Archbishop Vincenzo Zani: We have over 500 ecclesiastical institutions, 120 are ecclesiastical faculties – theology, philosophy, canon law and other departments – and then we have around 400 affiliated, aggregated and incorporated institutes. What does this mean? It means that the ecclesiastical faculties have a program of studies that is similar to those found in non-ecclesiastical ones, that is, they are organized in three cycles of studies. The first cycle concludes with the baccalaureate degree; the second cycle with the licentiate degree; and the third cycle with the doctoral degree. So, we have the 120 faculties but around the world we have all the other institutions that are affiliated, aggregated or incorporated. Affiliated Institutes have only the first cycle; the aggregated Institutes can issue not only the baccalaureate degree, but also the licentiate; while the incorporated Institutes, which are very few and specialized, issue only a second or third cycle [degree]. These institutions are under the responsibility of the faculties, but having renewed the whole system of studies, we are gradually approving the rules also for the institutions that are connected with the faculties.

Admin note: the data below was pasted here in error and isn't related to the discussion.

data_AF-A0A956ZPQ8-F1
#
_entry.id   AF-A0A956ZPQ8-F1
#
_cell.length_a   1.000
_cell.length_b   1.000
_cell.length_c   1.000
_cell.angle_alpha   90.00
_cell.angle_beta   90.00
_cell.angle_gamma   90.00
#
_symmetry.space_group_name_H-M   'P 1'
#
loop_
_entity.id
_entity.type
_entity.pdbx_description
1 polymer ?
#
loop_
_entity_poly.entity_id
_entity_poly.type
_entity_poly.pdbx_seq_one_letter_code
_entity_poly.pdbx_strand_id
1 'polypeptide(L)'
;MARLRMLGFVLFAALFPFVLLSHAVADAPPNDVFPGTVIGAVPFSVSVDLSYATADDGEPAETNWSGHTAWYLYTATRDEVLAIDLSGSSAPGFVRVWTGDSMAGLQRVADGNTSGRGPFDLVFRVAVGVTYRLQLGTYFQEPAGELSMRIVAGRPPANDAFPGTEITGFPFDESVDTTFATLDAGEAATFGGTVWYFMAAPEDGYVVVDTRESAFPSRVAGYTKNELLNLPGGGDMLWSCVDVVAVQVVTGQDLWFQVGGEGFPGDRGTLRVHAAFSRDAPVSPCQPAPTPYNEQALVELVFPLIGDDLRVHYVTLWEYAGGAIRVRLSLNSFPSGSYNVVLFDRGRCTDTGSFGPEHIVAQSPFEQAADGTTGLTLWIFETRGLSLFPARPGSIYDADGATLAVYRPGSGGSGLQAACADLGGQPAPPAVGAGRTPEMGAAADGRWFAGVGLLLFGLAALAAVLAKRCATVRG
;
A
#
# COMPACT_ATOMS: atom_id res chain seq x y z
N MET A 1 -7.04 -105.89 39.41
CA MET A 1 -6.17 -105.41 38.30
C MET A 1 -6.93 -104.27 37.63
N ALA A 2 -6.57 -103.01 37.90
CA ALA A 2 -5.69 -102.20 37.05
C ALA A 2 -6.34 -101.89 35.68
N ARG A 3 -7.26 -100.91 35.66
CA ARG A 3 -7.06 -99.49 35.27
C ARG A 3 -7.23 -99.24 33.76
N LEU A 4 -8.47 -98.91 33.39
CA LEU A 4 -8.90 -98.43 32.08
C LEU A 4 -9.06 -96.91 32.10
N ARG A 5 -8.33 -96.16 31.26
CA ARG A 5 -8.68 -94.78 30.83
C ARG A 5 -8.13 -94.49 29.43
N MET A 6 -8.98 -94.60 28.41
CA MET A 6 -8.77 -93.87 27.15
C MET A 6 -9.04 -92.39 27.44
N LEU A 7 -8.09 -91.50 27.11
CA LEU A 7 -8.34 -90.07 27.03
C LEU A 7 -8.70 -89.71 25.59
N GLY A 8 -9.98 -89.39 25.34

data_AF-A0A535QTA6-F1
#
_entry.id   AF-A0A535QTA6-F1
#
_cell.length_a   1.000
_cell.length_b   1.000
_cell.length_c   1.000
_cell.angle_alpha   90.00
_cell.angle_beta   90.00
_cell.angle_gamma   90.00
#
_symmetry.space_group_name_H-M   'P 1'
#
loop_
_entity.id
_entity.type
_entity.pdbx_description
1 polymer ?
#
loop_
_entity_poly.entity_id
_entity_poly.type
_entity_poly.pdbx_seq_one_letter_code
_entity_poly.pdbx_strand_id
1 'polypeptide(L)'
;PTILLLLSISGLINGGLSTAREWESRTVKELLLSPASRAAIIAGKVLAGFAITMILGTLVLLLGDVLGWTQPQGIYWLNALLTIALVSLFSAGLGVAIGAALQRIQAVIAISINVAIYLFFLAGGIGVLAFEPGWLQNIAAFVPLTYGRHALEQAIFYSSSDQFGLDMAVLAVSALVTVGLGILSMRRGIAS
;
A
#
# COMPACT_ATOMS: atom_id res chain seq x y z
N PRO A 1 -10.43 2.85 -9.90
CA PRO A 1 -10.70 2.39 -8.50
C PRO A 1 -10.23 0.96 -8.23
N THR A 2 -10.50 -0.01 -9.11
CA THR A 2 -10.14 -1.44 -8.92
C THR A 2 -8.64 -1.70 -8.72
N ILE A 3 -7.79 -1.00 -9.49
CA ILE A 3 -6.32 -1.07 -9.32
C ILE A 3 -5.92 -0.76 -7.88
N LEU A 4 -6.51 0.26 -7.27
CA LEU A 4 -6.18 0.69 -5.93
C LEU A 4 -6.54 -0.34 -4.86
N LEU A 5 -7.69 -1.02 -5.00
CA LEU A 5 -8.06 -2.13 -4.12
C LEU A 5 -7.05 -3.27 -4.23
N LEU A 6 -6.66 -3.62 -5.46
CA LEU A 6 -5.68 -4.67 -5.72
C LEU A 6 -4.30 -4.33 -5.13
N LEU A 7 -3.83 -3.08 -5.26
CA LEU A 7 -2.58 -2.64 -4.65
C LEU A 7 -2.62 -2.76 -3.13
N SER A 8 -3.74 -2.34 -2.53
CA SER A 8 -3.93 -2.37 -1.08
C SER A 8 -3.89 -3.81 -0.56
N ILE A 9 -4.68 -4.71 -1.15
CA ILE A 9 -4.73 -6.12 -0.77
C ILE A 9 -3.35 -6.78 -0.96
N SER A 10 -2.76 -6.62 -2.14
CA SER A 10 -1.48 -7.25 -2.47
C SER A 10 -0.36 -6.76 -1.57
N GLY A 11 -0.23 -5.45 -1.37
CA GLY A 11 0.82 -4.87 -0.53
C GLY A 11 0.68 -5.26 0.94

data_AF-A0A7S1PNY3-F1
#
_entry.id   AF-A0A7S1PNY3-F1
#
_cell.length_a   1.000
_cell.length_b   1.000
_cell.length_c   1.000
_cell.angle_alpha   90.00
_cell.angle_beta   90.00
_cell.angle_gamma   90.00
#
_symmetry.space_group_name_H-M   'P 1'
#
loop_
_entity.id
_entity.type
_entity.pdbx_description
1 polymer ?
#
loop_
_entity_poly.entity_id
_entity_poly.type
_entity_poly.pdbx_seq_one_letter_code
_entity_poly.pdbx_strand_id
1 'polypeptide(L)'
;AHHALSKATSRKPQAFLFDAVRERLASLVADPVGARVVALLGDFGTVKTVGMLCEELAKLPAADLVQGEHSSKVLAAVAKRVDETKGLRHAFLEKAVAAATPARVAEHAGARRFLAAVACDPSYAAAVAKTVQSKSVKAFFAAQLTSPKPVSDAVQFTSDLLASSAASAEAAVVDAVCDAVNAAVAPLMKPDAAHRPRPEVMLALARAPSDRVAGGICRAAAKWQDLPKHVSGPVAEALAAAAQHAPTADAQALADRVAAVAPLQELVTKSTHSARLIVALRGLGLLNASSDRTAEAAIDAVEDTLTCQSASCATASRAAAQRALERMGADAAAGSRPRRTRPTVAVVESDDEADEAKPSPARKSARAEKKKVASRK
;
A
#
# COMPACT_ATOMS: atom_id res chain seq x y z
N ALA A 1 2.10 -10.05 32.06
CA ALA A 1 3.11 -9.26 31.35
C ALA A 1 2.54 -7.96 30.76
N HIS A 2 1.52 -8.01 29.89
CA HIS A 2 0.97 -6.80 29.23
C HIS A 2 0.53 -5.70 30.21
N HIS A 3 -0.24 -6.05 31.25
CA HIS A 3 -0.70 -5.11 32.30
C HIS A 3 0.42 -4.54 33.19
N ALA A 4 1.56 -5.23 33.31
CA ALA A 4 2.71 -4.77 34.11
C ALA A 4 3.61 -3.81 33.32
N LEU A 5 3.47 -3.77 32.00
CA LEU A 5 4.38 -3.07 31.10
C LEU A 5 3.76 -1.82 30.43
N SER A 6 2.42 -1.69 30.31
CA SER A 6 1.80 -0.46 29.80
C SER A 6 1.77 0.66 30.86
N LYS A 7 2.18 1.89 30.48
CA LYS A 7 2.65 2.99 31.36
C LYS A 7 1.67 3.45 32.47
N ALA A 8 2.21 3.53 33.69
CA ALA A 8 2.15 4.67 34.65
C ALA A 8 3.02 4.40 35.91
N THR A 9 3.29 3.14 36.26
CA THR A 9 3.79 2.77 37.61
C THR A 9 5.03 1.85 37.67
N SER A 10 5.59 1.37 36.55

The novelty is that these norms had always been written in Latin, and today it is necessary to use all modern languages possible, as well as take into consideration the increase in quality of the institutions. These are very concrete guidelines that must be given concerning teachers, and the degrees they must have. Since the affiliated institutes are primarily major seminaries, the norms also make a distinction with regard to the formation of future priests and religious. Their formation comes under the Ratio Fundamentalis, which is the responsibility of the Congregation for Clergy. We follow the studies and therefore give direction to the seminaries where it is considered better to keep the administrative side regarding seminary formation distinct from that regarding studies that instead refer to ecclesiastical faculties.
Networking: the underlying theme of Veritatis gaudium